A little out of place on this list, Overmars was one of many big money signings by Joan Gaspart, though was one of the few that delivered. Don’t get me wrong, Barcelona didn’t win any trophies during his spell with the club, but compared to such players as Christianval, Gerard, Geovanni and Sonny Anderson, he was a great signing. Signed from Arsenal, and probably tapped-up beforehand, Overmars was the most expensive Dutch player ever, quite a feat considering the nation’s football pedigree.
He spent four adequate years at Barcelona, but had to retire at just 31 on medical grounds. The Flying Dutchman was an OK signing, but like many other Gaspart additions, failed to live up to the price tag.
Ronaldinho – Signed 2003 – approx €30,000,000
I refuse to believe that a certain someone was signed for more than the mercurial Brazilian, so I will leave him as a “bonus”.
Back to Ronaldinho, there was once again a stroke of luck about this signing, as the newly-elected Joan Laporta had risen to power promising the signature of David Beckham. Thankfully, Florentino Perez reached into his pockets, and snatched Becks aka Posh Boy from us. Now, I like Beckham, but everyone knows who is/was better: Ronaldinho.
So, a year after he knocked out Beckham’s England side in the 2002 World Cup, with “that goal”, he was paraded around the Camp Nou. Don’t think anyone could have predicted just how good Ronaldinho would be.
Blighted by injury in the first half of his first season at the club, he still returned to lead Barca to second place. After that? Well, the rest is history!
Individually, he won the FIFA World Player of the Year twice, but with the Blaugrana, he won numerous league titles, and the 2006 Champions League, in that epic night in Paris. Sure, he led Barcelona to success, but he also played with a smile on his face, and inspired a generation with his range of skills. Unlike Real Madrid’s Cristiano Ronaldo with his pointless step-overs, Ronaldinho’s skills had a purpose, just watch the goal he scored against Chelsea.
A joy to watch, I am proud to say that he, along with Deco and Xavi, was the reason I started to follow Barcelona, rather than the typical glory-hunter label I get tagged with.
Ronaldinho, when you take the fee into consideration, and of course ability, was easily the best signing Barcelona have made. Though his later years at the club were down-right upsetting. All cules could remember how good he was, but what we were seeing was a shadow of the player that thrilled us all so many times before. Luckily some Argentine guy would take up the mantle soon after...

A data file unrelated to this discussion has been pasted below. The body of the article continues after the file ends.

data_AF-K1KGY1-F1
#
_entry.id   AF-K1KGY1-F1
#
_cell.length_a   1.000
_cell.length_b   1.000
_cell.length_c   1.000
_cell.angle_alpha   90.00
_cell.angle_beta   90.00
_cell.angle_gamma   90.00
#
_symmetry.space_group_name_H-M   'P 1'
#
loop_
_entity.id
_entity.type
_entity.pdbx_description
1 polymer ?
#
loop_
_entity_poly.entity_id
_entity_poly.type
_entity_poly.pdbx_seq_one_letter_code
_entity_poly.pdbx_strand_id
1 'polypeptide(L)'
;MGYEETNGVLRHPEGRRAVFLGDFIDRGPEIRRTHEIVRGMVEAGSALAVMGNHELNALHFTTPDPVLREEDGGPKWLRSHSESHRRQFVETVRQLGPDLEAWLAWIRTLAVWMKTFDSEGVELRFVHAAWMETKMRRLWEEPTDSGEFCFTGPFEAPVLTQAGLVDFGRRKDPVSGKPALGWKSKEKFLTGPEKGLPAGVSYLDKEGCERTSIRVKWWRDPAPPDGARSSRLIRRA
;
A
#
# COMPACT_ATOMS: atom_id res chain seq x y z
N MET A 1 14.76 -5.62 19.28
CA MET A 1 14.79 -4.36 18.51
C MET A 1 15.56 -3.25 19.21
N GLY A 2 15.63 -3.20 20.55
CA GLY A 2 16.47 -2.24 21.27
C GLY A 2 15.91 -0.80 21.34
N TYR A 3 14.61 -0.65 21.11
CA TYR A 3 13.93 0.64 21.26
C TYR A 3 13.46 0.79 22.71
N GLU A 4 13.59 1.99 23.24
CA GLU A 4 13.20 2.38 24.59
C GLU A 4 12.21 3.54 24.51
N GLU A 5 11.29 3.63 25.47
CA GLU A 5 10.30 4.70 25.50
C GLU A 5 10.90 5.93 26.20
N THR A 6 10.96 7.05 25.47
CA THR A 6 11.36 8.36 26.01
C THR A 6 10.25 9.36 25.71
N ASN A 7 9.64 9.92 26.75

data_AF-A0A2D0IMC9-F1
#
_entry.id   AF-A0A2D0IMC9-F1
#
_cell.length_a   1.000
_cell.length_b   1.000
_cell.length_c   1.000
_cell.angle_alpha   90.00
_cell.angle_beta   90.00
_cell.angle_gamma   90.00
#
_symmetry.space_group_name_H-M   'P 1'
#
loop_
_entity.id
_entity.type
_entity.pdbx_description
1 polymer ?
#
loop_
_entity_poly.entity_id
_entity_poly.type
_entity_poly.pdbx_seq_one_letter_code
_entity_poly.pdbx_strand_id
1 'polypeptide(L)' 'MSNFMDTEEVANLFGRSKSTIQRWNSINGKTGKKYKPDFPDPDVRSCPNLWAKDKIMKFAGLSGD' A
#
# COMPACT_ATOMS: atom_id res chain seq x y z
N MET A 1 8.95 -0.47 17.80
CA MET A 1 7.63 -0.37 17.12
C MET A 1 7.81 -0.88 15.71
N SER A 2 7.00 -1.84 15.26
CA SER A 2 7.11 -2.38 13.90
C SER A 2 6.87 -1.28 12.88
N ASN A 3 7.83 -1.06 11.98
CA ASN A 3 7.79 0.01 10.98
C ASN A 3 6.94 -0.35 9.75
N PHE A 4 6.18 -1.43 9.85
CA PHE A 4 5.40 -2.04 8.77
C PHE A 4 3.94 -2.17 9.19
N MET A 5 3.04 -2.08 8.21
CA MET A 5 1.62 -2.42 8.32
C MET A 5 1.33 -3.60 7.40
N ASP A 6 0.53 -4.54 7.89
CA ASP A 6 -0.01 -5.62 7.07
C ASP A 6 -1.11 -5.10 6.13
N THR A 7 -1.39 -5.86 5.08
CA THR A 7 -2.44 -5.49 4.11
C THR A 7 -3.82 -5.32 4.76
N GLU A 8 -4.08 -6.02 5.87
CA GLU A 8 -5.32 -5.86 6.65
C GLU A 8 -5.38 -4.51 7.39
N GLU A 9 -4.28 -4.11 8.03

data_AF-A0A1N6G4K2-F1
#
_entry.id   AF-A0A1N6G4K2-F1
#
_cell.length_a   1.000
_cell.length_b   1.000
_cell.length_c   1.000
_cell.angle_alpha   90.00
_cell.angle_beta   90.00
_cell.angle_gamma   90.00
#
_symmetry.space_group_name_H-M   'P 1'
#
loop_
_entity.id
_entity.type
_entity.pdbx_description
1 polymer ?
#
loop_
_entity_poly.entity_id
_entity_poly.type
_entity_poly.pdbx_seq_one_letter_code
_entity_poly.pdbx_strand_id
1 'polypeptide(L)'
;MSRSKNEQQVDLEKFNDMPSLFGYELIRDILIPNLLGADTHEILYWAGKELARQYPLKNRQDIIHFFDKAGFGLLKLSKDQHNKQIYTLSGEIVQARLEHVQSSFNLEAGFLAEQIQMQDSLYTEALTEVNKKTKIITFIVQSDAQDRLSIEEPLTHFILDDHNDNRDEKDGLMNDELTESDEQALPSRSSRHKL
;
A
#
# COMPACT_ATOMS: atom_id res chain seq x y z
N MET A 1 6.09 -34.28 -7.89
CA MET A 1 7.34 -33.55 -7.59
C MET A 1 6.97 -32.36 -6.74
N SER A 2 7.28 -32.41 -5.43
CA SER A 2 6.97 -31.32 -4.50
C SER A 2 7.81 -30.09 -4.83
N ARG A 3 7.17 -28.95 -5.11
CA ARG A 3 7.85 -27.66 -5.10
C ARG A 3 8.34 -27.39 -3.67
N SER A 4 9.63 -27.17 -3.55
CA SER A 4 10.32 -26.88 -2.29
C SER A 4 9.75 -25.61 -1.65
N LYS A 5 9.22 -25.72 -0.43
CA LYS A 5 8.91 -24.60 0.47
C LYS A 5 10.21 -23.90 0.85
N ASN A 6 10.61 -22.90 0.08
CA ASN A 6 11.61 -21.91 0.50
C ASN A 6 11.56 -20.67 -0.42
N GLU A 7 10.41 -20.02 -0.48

Javier Saviola – Signed 2001 – anywhere between €15,000,000 and €35,000,000
What to say about Javier Saviola? He was signed with a huge price-tag on his shoulders that varied from report to report, was supposedly the next Maradona, and unfortunately, was named as the youngest player in Pele’s FIFA 100 list of 125 greatest living footballers.
If only Pele were right.
Saviola started brightly, with 17 goals in his debut season, but from there, it was all downhill. The amount of goals decreased, as did his workrate, and Frank Rijkaard deemed him surlus to requirements. Something tells me Maradona’s reincarnate would have fared better...
El Conejo was loaned out to Monaco, where he nearly won the Champions League, before a spell at Sevilla where he flattered to deceive. Unbelievably, he was given a chance in 2006/07 season, but the emergence of some kid called Lionel Messi meant his time was definitely up.
At the end of his Barcelona contract, he somehow manufactured a move to Real Madrid, in a situation that is very much similar to that of Adebayor, who has ultimately failed at every club he has played for, yet gets increasingly better transfers for it. Now playing for Benfica, he has been linked with QPR. Just like Maradona would have been if he was playing today...
So, if you say that Fabregas would cost €40-45,000,000, he would easily slot near the top, and so would Alexis Sanchez. So while the prices have changed over the years, perhaps Udinese and Arsenal fans should consider this:
Is their player really worth considerably more than Ronaldinho?
I thoroughly believe (hope) that is what Rosell has on his mind, rather than just “low-balling” for the sake of it.